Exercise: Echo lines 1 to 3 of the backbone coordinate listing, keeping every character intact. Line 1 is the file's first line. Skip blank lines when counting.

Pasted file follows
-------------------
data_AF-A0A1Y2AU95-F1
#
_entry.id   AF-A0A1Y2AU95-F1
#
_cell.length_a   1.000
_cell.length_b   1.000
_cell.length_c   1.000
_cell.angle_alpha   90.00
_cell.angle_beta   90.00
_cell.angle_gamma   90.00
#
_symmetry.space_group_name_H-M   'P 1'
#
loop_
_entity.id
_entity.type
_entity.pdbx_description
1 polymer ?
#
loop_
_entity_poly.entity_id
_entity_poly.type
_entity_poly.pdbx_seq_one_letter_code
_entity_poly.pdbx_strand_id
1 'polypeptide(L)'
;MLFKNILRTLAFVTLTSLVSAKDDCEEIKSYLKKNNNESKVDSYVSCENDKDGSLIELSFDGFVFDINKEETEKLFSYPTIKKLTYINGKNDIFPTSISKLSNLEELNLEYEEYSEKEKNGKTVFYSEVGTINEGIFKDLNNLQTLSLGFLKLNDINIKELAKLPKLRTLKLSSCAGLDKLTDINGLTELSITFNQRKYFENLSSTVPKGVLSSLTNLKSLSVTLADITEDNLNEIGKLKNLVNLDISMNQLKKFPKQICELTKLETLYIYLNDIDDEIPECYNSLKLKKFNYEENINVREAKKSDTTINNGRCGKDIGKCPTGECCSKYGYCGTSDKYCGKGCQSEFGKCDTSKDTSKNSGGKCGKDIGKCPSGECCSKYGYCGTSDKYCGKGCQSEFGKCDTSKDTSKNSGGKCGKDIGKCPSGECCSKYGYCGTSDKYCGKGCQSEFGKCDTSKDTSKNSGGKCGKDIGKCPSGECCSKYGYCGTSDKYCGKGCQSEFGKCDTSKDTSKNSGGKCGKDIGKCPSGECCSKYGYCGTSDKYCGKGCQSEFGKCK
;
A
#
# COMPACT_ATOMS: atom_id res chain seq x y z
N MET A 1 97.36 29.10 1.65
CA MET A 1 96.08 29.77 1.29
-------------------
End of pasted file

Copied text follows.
data_AF-A0A1Y2AU95-F1
#
_entry.id   AF-A0A1Y2AU95-F1